Jackie has 100 things to do at work. She is also responsible for her three children, plus, she sometimes feels, her husband. Most of the time she seems to handle all this comfortably. The school run, the tennis lessons, birthday parties, the report that the boss wants signed off the next day. Her goals and her schedule come together in her head like the pieces of a jigsaw puzzle.
However, she sometimes wakes at 4am. As she lies there in the dark, she feels overwhelmed by everything she has to do. It’s all going to go wrong. How could she have taken so much on? She can’t cope. And what about all those unanswered emails? Will people think she can’t handle the pressure?
Then, as morning comes and she’s standing under the shower, she wonders how she could have got in such a state. She’s been handling all these pressures for years without too much trouble. She is back to her old self again, in control.
According to psychologists who specialise in describing our thought processes, we should normally experience around twice as many positive thoughts (‘I can manage that’, ‘I am a good person’) as negative thoughts (‘I’m a failure’, ‘no one ever helps me’). When we get too far away from this balance, we are in danger of falling into the state of exaggerated optimism that comes out as manic behaviour; or, at the other extreme, into a state of pessimism typical of depression.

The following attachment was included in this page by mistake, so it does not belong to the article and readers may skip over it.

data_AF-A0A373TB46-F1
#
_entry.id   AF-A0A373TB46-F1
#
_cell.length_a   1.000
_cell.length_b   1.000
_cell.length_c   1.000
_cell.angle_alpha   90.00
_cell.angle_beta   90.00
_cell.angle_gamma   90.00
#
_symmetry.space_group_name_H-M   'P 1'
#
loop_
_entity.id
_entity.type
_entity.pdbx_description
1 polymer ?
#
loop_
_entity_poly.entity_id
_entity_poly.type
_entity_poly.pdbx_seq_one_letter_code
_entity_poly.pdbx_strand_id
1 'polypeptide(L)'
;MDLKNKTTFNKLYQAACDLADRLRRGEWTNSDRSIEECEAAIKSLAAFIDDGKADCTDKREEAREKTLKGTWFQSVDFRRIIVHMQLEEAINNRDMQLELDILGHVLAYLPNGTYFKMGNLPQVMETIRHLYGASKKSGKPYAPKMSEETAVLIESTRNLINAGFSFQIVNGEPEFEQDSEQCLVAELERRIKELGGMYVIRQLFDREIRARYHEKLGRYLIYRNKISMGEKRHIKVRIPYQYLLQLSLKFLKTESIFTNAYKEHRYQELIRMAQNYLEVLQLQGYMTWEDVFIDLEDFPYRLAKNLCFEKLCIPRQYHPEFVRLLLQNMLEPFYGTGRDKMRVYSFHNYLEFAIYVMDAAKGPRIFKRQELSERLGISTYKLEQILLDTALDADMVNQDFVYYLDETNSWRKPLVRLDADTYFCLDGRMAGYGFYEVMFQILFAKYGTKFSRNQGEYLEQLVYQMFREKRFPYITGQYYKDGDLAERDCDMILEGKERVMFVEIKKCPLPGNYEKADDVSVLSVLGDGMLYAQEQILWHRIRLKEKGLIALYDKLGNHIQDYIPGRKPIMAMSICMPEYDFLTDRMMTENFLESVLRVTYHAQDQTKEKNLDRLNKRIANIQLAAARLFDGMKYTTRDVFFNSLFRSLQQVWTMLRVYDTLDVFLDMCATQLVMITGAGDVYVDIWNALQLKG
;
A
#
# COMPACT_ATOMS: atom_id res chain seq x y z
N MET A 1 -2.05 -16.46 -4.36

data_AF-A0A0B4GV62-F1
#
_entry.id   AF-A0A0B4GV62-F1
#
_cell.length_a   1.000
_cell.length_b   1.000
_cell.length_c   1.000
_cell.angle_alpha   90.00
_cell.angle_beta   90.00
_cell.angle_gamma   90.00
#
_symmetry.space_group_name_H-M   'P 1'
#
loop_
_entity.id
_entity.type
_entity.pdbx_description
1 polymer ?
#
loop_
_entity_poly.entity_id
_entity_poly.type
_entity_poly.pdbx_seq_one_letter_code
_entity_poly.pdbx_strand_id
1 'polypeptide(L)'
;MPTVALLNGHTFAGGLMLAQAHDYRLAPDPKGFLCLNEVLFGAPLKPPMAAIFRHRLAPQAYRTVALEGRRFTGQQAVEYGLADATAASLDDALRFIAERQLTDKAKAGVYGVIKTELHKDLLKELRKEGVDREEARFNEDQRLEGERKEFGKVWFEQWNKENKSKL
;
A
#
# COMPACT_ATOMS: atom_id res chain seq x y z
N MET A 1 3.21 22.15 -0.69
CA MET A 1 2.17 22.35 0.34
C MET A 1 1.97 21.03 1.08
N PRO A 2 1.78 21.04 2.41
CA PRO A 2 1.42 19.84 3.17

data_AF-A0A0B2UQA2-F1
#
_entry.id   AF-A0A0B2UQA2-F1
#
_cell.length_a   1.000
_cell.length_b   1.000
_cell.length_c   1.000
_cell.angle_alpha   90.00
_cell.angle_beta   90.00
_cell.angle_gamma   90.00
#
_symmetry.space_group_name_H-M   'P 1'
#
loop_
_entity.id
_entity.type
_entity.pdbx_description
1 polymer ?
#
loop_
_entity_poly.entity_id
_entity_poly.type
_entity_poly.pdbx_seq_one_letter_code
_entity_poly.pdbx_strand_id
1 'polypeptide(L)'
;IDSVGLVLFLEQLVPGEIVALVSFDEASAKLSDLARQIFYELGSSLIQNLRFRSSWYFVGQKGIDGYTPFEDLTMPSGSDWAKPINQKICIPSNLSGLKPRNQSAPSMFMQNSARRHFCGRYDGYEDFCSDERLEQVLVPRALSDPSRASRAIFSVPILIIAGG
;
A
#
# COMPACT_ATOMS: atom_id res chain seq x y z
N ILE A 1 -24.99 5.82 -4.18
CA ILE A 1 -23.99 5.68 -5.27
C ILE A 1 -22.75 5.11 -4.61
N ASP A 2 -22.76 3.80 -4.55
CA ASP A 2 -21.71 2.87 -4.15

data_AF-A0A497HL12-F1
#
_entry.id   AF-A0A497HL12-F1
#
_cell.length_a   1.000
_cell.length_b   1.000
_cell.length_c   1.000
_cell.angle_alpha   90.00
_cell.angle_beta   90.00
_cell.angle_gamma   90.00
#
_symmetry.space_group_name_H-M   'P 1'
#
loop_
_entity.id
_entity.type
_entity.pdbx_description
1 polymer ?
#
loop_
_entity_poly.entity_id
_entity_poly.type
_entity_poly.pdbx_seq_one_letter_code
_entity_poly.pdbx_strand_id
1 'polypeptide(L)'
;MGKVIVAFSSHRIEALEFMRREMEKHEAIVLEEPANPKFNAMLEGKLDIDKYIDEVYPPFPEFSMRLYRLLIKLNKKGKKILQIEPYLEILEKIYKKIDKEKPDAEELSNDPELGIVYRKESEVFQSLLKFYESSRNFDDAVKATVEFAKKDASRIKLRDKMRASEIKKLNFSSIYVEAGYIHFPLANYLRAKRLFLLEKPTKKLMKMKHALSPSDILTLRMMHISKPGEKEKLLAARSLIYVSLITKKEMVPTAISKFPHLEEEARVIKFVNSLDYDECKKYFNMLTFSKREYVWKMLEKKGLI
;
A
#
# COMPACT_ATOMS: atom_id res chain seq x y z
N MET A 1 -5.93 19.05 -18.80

We’re familiar with the idea that depression manifests itself as a tendency to indulge negative thoughts, but why do these so often strike in the middle of the night, and when we’re not even depressed?
We know that, left to itself, the brain starts to worry about the future. If not kept sufficiently busy, it clucks anxiously like a mother hen. This is partly why any activity that engages our attention and absorbs our thoughts makes us feel better. The middle of the night is exactly the moment when the brain is idle and too tired to engage in active thought, which is why it leaves the door open to our darkest fears. At Harvard, researchers studied variations in cardiac rhythm over the course of a 24-hour cycle.
During the night, the balance between the ‘sympathetic’ branch of the nervous system (which acts as an accelerator) and the ‘para-sympathetic’ branch (which acts as a brake) is temporarily disrupted. This seems to make us more vulnerable to physical disorders such as asthma or even heart attacks — both of which do, in fact, often occur at night. Since the state of our heart has a major effect on the part of the brain responsible for generating emotions, this temporary disruption might well explain those night-time anxiety attacks.
We cannot avoid the fluctuations in our bodies’ workings. We all have to live through these dark nights of the soul, stalked by irrational fears. But the knowledge that this rough patch is part of a physical pattern should help keep despair at bay — if you remember that when morning comes, things won’t seem so bad after all.